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My dad’s life story Part 1 – Passage from India

Dad and Mum's engagement portrait

Philip William Lemos: 1929-2004 | 
This part focuses on his early life in India, his family’s migration to Malaya before he then settled in Singapore where he met my mother. It is the first part of an account of my father’s life, recorded as an oral history in conversation with him during his last days while he received palliative care in a hospice in 2004. 

Early life in India

1919Grandpa Emmanuel Daniel and Grandma Beatrice Maud were married. He was 19 years old and she was 20 then. They were living in Hanipaalam, running a coconut and spices estate which his family owned. Dad tells of his early memories of sitting in the dickie seat of a horse carriage with someone walloping the driver when drunk.

1929Dad, Philip William (PW) was born in Simla (aka Shimla), India on 24 February. The family was living there at the time, after Grandpa had transferred to work at a sweet factory owned by Perry & Co. Grandpa then went to work at the Kolar Gold Field (Oorgaum), located 40 miles from Bangalore and they sold off the other estate.

1931PW aged 2 years – Grandpa went off to Mandalay to work for Perry & Co.

1932Grandpa returned to India. Dad attended Hadia School until aged 6.

1936PW aged 7 years – Grandpa went to Kuala Selangor and worked at a nipah palm estate where they produced brown sugar from which they made palm wine aka ‘toddy’ or ‘arak’. (Refer to TST Tories brand).

The family tree

The family migrates to Malaya

1937 – Grandpa was retrenched – family was living with Nanna and Uncle Willy. Grandma’s sister, Aunty Mabel’s husband passed away and they gave money for grandpa to move the family to Malaya where the economic prospects were better.

1938 – PW aged 9 years – Great grandpa died (youngest brother to Arthur and Willy).

1939 – Grandpa went back to India to visit family. Grandpa worked for Federation Engineers in Pahang (setting up and supervising). PW was sent to school at St John’s School in Kuala Lumpur (KL) as a boarder. 

1940 – Grandpa worked at the Selangor Turf Club as a secretary and was retrenched.  (met FC Tan and Freddie Ebert who later married Dad’s sister Gladys and went off to England). Grandpa then went to work as a supervisor in the SocFin estate (producing palm oil). Dad tells of the amusing anecdote of the Pataling Bridge incident when both Grandma and Grandpa were on a bicycle together and the chain broke, and Grandma jumped off just in time to avoid them both falling into the river.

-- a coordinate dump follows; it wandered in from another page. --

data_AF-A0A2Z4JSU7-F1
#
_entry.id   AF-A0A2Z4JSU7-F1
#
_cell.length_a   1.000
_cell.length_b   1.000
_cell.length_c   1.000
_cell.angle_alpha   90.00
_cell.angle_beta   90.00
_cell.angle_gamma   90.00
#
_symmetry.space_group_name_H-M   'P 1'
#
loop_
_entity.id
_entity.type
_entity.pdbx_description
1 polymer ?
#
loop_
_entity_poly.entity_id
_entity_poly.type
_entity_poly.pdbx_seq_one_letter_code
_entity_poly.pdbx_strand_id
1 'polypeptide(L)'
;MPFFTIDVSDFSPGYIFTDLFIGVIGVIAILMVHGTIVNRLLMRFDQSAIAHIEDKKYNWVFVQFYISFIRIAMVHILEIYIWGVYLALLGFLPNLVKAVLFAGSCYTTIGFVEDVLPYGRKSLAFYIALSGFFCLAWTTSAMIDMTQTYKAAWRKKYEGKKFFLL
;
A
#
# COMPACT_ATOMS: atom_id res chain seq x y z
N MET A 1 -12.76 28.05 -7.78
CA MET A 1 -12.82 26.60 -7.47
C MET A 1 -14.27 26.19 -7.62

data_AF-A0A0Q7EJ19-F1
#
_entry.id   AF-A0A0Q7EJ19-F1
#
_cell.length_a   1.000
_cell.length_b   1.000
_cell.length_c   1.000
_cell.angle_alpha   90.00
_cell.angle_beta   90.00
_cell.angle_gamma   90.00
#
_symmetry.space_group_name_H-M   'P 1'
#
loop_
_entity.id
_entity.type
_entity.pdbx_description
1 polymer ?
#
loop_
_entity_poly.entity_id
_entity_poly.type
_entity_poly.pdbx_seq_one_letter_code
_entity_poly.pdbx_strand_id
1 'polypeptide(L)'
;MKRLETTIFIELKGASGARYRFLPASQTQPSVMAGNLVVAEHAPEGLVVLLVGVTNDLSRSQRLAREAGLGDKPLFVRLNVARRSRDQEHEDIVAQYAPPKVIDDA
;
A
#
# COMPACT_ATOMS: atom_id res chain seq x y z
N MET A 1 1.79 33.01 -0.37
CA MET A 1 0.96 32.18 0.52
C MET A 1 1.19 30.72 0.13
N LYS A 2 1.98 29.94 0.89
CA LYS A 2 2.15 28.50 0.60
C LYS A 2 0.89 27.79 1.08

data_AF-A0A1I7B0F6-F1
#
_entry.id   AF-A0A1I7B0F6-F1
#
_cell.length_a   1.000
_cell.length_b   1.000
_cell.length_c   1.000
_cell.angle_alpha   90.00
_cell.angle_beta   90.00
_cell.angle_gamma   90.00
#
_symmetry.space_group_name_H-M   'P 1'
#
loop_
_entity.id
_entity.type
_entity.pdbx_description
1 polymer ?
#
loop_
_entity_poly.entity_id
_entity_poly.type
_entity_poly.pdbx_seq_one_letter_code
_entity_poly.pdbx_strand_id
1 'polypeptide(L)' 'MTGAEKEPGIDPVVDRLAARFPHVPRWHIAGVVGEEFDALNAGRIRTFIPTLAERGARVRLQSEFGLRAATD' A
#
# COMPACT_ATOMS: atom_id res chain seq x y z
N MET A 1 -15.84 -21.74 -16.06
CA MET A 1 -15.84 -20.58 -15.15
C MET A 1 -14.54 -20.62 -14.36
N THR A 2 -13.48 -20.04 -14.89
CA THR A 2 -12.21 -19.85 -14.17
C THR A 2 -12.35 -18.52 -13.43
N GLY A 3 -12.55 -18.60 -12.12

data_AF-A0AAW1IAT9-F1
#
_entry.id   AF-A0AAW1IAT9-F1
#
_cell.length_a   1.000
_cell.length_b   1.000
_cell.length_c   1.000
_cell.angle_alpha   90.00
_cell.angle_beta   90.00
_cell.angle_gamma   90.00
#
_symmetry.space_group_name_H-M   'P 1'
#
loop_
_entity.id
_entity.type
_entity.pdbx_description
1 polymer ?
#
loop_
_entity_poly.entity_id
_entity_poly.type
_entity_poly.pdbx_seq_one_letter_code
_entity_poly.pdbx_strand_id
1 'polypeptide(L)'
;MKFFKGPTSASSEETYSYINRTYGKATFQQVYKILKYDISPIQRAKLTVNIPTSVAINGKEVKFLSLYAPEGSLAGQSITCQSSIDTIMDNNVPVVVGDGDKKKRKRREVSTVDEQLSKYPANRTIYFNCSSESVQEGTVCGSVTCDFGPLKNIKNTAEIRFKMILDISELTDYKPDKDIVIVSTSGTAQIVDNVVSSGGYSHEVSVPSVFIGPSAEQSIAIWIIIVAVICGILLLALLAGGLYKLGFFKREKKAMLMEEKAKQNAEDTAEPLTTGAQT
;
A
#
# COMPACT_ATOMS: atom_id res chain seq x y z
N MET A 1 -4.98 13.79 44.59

1941PW aged 11 years – now in Standard 3 at St John’s School when World War II started. The family then moved to KL during the Japanese Occupation. 

1941-1946 – The Japanese Occupation saw the family living at Jalan Imbi (Imbi Road) in a property rented from Mr Banes. Arnold neighbour). The kids attended school in Japanese, and the family sold coffee and soap to survive.  Yoshoka (a Japanese Engineer) was the one who started the estate in Slim River where the family lived later on. The Occupation was a terrible time of torture and massacre by Japanese soldiers and the Malayan Communist Party (MCP) under Chin Peng, in alliance with the British. 

1946 – The Japanese surrendered and WWII ended. The Malayan Union was formed, comprised of the Malay states and the Straits Settlements of Penang and Malacca. The union was subsequently replaced by the Federation of Malaysia in 1948. The pro-independence MCP then went underground, still fighting the British. Dad mentions Sir Gerald Templer (aka Tiger of Malaya) who led the British charge against the Malayan National Liberation Army ((MNLA) when he was appointed High Commissioner for Malaya to deal with the period known as the Malayan Emergency (1948-1960).